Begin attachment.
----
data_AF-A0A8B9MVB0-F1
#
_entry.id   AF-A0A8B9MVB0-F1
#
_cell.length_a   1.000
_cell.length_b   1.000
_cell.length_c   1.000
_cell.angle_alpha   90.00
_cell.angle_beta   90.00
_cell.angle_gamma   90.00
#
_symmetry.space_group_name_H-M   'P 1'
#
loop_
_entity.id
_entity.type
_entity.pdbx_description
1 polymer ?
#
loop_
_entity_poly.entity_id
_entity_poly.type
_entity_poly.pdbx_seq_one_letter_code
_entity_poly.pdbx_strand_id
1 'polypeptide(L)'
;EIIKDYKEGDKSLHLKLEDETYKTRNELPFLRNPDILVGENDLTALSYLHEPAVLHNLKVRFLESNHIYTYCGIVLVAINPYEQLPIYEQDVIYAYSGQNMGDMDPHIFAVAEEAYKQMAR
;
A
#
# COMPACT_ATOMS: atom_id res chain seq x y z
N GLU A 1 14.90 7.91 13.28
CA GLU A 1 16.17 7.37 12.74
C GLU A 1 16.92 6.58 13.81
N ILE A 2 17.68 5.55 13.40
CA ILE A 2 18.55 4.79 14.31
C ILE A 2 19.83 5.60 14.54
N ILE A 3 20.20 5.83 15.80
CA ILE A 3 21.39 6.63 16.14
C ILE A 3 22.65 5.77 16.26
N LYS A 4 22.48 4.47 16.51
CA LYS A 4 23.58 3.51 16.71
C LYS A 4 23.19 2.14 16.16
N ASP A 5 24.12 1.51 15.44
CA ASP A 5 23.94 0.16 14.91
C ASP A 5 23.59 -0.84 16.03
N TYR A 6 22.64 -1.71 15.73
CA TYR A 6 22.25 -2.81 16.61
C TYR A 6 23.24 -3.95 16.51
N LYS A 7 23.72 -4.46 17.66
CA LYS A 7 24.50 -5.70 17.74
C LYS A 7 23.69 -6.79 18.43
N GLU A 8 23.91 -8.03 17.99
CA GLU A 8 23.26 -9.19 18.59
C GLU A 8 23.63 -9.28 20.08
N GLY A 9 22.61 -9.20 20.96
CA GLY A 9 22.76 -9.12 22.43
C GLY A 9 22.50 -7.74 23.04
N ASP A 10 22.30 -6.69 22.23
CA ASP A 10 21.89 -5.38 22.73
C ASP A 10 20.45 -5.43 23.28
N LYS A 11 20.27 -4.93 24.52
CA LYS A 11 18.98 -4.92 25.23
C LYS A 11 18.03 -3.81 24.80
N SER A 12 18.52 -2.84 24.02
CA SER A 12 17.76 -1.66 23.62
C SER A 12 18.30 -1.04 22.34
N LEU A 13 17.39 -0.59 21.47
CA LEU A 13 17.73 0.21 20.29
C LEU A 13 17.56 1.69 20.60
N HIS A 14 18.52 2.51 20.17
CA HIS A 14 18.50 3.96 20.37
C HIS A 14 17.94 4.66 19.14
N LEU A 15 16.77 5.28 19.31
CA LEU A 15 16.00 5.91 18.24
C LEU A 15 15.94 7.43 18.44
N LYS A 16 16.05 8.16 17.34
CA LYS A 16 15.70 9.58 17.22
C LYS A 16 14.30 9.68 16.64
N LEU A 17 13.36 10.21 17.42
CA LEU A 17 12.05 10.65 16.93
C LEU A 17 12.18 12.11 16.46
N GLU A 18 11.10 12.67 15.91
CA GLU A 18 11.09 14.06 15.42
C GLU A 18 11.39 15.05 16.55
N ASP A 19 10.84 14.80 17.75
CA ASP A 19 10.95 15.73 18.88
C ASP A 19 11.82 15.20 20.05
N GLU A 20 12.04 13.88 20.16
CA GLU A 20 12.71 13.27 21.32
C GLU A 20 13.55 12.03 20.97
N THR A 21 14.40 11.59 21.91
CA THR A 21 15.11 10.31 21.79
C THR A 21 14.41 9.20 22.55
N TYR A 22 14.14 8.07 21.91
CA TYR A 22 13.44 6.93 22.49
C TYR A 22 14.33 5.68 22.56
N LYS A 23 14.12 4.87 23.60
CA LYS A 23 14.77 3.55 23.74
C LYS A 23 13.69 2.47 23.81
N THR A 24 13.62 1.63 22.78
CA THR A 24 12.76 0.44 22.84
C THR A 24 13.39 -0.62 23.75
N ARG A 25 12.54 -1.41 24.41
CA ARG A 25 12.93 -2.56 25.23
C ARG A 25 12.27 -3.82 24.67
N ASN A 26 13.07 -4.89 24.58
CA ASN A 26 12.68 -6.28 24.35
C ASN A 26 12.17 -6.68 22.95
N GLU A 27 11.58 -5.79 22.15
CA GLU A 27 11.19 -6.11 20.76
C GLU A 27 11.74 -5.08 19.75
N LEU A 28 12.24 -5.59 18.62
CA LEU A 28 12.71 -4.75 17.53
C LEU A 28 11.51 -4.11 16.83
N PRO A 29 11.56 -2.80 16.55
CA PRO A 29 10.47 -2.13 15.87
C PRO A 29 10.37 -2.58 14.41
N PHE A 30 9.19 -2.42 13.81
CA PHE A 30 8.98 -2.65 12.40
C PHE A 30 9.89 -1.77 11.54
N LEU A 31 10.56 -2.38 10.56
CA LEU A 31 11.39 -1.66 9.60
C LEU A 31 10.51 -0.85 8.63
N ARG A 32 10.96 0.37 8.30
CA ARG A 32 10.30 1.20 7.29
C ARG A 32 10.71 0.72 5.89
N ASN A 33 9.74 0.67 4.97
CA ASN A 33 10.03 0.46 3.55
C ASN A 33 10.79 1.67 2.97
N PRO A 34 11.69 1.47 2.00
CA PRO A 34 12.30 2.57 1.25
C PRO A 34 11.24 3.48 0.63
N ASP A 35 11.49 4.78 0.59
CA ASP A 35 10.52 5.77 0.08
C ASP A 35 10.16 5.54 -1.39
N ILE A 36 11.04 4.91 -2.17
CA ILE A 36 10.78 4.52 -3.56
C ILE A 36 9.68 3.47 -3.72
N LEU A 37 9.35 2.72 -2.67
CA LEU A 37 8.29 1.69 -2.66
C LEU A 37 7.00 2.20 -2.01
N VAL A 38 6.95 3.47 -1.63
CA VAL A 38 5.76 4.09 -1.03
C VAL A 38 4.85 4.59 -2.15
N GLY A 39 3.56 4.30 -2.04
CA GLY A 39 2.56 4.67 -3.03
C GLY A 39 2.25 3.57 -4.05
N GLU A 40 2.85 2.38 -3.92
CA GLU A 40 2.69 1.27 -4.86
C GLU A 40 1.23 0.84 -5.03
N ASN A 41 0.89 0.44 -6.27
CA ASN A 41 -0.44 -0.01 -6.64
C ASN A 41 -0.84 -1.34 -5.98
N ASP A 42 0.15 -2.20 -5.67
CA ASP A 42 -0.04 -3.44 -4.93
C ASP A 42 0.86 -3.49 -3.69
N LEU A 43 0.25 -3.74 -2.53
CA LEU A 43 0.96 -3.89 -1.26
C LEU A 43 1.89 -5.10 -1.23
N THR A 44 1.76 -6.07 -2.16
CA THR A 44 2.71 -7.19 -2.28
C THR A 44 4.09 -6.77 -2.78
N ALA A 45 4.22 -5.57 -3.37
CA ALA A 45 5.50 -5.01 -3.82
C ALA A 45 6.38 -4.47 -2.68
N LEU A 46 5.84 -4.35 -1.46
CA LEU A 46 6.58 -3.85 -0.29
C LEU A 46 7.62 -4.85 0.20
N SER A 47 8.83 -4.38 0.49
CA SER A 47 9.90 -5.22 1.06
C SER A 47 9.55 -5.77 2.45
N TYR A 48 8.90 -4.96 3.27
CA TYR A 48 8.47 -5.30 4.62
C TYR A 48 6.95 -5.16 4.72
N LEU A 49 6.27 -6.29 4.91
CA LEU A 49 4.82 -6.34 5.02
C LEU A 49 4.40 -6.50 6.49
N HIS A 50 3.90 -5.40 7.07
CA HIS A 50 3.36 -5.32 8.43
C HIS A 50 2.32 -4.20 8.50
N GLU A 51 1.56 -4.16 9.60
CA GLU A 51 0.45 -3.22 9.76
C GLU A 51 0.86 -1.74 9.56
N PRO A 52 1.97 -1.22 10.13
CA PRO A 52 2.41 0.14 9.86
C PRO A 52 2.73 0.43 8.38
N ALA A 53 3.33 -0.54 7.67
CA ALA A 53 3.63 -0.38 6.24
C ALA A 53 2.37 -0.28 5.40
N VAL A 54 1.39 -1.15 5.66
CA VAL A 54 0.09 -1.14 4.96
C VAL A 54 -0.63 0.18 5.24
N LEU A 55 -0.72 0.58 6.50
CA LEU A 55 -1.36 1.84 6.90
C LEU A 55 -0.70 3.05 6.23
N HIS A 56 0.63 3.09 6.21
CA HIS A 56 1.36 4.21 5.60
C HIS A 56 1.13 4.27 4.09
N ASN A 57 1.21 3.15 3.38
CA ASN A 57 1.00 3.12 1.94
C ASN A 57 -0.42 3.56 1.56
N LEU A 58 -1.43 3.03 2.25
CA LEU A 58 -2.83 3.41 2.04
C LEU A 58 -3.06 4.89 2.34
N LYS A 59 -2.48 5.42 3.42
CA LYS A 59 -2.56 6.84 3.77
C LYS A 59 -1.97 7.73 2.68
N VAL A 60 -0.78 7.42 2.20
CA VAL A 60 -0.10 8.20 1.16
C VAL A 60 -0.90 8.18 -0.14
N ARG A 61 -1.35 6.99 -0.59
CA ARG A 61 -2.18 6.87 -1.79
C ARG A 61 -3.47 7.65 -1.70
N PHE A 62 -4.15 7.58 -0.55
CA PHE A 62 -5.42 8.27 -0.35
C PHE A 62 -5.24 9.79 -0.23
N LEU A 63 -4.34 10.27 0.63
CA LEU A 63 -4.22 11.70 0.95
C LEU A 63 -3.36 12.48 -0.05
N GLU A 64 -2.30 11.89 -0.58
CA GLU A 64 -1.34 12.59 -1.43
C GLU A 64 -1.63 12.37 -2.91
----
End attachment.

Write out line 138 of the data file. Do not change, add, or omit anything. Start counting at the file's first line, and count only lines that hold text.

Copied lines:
C ILE A 36 9.68 3.47 -3.72